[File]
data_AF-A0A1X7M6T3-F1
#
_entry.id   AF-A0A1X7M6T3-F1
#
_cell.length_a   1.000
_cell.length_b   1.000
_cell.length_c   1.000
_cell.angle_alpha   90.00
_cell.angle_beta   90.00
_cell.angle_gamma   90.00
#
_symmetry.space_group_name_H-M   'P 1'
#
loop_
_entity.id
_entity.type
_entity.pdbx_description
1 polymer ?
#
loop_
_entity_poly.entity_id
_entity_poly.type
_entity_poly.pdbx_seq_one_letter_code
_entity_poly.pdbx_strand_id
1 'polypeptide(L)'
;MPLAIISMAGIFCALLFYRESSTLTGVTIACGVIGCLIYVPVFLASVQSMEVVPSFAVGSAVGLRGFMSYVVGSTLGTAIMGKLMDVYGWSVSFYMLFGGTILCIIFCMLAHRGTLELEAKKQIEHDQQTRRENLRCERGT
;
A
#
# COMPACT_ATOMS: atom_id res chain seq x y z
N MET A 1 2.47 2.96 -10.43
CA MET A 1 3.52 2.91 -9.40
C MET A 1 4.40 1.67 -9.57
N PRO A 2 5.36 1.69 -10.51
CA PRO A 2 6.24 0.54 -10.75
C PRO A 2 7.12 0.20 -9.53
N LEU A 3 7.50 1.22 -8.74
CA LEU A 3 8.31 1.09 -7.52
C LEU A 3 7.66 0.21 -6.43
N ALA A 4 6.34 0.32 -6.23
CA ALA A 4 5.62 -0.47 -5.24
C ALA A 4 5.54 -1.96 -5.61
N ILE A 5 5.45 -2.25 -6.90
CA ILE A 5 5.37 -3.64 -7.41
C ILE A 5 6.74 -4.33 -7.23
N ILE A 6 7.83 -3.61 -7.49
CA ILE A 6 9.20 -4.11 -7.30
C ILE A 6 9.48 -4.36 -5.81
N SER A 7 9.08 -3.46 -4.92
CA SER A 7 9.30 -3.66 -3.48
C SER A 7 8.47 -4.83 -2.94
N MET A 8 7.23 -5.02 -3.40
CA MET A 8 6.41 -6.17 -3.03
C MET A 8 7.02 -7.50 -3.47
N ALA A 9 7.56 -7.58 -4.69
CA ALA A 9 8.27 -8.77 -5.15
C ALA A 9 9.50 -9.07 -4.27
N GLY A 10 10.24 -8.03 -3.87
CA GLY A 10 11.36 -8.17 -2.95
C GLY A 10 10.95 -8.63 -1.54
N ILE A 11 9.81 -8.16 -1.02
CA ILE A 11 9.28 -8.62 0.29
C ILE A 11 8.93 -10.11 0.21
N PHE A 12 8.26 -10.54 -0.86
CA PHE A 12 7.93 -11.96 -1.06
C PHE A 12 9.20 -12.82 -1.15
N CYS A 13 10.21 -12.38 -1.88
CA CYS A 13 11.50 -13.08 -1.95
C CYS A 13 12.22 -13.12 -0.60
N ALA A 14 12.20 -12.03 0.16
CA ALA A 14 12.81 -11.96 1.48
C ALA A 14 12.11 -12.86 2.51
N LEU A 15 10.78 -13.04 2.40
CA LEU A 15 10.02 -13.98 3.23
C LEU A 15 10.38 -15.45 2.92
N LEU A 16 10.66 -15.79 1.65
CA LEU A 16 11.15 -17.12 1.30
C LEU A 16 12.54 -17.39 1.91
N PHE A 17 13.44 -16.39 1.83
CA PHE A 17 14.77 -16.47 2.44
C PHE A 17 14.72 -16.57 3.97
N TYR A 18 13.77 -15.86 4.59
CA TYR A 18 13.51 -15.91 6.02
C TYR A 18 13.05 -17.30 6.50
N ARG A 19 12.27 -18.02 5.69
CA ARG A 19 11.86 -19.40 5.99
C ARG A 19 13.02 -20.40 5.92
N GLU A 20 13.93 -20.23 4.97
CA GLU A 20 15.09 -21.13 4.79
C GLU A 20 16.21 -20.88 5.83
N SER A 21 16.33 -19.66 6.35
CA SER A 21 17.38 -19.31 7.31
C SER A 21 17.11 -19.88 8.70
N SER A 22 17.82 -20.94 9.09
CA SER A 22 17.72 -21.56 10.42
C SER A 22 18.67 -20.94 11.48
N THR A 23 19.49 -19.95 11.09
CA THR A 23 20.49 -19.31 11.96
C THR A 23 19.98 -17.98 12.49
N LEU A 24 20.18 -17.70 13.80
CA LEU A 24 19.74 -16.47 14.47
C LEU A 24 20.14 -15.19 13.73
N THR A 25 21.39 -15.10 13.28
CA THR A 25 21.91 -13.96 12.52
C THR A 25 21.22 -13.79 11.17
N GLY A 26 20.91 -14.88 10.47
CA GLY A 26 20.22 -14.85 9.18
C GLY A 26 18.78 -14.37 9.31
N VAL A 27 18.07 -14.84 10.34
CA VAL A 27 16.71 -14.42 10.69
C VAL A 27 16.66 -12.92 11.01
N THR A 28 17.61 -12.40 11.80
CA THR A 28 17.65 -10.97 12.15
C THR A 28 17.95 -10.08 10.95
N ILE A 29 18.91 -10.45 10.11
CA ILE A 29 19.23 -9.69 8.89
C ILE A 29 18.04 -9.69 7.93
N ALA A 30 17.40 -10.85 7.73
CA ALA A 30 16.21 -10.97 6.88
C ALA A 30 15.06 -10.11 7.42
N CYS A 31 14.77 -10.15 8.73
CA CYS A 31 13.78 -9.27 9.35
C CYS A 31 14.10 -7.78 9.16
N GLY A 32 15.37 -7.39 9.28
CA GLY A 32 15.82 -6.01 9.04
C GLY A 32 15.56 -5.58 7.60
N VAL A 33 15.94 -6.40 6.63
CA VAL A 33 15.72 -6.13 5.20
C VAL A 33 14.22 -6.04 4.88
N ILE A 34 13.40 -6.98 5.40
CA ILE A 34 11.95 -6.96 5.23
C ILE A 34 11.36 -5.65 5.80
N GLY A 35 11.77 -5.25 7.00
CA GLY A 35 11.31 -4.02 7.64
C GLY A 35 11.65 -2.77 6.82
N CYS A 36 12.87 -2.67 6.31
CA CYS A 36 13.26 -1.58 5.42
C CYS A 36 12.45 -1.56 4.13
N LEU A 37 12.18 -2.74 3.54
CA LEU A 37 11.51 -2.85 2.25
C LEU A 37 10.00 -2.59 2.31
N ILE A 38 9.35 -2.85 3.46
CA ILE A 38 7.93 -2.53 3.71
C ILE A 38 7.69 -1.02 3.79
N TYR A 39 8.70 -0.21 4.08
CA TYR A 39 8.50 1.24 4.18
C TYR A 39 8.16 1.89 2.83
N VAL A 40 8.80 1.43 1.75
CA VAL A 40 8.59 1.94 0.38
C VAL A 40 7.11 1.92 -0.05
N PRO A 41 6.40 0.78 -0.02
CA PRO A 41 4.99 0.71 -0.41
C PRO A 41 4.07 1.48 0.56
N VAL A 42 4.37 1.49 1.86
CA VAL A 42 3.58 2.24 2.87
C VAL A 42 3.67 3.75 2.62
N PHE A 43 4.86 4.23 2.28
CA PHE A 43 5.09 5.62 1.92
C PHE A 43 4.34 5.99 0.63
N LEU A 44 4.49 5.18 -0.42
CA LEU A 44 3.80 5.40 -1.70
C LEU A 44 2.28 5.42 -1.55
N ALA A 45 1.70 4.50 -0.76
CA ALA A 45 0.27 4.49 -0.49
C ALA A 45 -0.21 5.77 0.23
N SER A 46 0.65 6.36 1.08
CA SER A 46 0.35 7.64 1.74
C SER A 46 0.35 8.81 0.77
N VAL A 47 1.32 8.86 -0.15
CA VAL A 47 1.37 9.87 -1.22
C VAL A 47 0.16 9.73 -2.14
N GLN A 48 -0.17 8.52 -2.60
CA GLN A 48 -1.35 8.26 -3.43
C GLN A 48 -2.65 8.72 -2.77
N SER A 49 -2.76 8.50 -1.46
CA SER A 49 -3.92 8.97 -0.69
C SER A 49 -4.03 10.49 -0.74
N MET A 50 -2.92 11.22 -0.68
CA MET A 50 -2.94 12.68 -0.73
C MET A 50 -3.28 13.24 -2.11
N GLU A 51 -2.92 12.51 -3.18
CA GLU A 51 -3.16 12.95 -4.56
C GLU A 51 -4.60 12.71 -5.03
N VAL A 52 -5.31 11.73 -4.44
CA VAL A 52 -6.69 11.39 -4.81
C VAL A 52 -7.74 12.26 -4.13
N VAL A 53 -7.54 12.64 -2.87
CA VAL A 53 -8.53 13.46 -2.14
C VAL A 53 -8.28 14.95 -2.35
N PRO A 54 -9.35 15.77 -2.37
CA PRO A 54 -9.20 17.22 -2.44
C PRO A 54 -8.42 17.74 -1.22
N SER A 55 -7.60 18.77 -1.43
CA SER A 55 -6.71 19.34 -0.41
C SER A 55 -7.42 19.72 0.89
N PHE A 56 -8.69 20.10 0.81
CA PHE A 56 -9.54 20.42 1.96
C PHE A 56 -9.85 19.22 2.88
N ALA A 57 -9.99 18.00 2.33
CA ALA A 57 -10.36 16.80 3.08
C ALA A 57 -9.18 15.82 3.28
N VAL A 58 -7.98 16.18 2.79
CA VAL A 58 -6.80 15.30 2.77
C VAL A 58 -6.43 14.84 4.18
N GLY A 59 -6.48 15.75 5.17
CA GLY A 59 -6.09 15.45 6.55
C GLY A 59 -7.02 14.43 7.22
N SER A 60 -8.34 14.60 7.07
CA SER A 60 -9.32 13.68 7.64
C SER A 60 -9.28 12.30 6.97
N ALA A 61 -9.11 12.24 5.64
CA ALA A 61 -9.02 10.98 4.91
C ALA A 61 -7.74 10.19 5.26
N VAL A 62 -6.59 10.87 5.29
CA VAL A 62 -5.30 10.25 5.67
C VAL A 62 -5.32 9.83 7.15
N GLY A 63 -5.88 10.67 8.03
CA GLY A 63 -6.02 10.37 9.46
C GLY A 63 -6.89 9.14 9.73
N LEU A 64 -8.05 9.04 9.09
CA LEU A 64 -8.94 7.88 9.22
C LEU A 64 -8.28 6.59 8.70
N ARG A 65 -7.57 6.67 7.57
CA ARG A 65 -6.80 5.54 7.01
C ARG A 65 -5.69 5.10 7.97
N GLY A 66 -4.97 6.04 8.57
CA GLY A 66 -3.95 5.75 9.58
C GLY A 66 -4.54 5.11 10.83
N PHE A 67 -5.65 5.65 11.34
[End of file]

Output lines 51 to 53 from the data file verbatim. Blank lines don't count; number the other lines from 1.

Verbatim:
C SER A 7 8.47 -4.83 -2.94
N MET A 8 7.23 -5.02 -3.40
CA MET A 8 6.41 -6.17 -3.03